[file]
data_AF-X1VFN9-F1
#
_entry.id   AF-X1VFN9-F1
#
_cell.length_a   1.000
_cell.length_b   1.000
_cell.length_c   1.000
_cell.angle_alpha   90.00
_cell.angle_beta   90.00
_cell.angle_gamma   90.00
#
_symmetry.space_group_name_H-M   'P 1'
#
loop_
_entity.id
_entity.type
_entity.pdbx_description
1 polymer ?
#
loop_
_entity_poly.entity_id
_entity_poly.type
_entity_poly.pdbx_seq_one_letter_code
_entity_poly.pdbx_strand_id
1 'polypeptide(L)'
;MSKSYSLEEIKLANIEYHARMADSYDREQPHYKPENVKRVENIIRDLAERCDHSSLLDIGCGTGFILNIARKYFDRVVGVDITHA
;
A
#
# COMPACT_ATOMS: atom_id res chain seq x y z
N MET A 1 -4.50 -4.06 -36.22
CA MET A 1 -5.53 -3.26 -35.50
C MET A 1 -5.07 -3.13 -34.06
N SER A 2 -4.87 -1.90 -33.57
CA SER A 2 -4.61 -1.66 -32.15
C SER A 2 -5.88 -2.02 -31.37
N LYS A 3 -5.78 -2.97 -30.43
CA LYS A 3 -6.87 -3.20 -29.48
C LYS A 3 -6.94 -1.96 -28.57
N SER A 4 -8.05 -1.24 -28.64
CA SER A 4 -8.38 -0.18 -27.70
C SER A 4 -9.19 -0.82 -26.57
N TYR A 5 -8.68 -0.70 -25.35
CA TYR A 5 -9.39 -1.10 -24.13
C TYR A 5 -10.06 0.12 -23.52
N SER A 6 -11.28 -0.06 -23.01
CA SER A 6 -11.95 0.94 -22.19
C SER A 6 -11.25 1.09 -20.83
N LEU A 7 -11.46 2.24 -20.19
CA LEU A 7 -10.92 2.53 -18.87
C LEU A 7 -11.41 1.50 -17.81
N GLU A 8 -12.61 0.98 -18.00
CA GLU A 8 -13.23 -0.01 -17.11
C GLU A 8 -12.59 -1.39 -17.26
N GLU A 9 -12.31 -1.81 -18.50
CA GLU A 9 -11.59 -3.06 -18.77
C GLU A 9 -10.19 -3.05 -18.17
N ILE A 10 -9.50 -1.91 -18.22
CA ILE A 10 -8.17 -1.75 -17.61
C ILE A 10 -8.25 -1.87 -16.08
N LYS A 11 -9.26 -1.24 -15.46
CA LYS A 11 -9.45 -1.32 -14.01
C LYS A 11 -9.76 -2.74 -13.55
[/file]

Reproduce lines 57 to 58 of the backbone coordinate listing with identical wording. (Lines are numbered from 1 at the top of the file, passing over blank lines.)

C GLU A 9 -10.19 -3.05 -18.17
N ILE A 10 -9.50 -1.91 -18.22